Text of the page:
The newspaper headline cries “red wine fights heart disease” one day, and warns of the dangers of cancer and too much wine the next day.
Knowing how to interpret health news stories is probably one of the best gifts you can give employees. As Americans become more comfortable with taking responsibility for their own health, they especially need to understand what they read.
Check out The Health Care Blog for a succinct guide to reading articles about health and health care. Alicia White and her team at Bazian's, a company that assesses health care services, use a system to decipher the value of news articles:
- Does the article support its claims with scientific research?
Disregard claims that cannot be substantiated with research.
- Is the article based on a conference abstract?
Be wary: Research presented at conferences is often new and has not been reviewed by other scientists.
- Was the research in humans?
If not, be suspicious: “Studies in cells and animals are crucial first steps… However, …many drugs that show promising results in animals don’t work in humans,” White says.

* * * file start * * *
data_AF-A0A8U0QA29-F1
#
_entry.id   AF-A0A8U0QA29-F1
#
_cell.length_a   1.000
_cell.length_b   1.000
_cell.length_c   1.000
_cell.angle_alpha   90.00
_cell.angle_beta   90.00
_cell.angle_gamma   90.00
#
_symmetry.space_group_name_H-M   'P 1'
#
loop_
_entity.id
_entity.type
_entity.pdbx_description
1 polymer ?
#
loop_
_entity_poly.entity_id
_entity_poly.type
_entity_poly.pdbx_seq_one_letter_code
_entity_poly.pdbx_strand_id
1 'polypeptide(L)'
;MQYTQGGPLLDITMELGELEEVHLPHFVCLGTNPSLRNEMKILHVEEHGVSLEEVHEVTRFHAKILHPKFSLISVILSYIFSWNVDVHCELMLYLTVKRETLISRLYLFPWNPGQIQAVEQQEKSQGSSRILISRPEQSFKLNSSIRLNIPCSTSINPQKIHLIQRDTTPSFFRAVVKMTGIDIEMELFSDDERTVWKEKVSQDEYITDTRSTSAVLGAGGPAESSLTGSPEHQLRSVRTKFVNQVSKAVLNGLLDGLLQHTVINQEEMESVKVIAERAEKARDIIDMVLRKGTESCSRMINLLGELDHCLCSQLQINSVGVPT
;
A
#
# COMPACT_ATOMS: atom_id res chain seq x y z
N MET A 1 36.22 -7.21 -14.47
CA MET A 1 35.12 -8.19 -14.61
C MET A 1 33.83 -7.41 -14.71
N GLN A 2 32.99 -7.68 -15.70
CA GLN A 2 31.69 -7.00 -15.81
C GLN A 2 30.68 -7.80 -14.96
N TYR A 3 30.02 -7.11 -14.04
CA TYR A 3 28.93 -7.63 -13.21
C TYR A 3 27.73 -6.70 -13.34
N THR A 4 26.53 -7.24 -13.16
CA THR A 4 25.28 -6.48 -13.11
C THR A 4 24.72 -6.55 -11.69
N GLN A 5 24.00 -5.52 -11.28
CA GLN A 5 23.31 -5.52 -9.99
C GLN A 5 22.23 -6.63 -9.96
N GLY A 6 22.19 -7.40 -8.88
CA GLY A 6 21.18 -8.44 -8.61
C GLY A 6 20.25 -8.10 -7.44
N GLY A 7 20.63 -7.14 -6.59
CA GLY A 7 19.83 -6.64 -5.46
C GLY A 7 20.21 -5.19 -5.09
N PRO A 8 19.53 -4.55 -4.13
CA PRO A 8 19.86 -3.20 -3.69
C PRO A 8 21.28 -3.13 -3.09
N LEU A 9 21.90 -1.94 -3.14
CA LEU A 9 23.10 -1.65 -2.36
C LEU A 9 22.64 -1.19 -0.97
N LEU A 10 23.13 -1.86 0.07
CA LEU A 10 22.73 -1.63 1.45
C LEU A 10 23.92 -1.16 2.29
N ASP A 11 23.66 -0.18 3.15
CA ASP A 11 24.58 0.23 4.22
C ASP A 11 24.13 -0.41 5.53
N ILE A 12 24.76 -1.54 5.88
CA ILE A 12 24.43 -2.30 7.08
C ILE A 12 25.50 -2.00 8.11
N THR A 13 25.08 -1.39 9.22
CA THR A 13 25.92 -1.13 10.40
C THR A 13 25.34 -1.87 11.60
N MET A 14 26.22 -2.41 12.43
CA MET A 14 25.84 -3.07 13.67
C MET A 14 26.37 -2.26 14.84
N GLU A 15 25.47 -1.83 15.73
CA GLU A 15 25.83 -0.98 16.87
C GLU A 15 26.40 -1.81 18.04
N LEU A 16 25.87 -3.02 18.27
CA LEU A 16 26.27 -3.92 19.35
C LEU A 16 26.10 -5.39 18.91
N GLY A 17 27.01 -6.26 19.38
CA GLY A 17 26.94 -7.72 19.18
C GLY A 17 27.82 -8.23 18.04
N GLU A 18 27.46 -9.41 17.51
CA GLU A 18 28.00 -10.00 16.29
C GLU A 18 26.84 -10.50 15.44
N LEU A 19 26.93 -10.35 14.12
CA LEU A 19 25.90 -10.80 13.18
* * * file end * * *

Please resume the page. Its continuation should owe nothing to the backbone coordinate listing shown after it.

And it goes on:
- How many people did the research study include?
Look for large studies. In general, the more people studied, the more reliable the results.
- Did the study have a control group?
Studies looking at the effect of a new treatment should have control groups allowing researches to compare results in people who have used a treatment and in those who haven’t.
- Who paid for and conducted the study?
“The majority of trials today are funded by manufacturers of the product being tested – be it a drug, vitamin cream or foodstuff,” says White. It doesn’t mean the study is skewed, but it is worth knowing.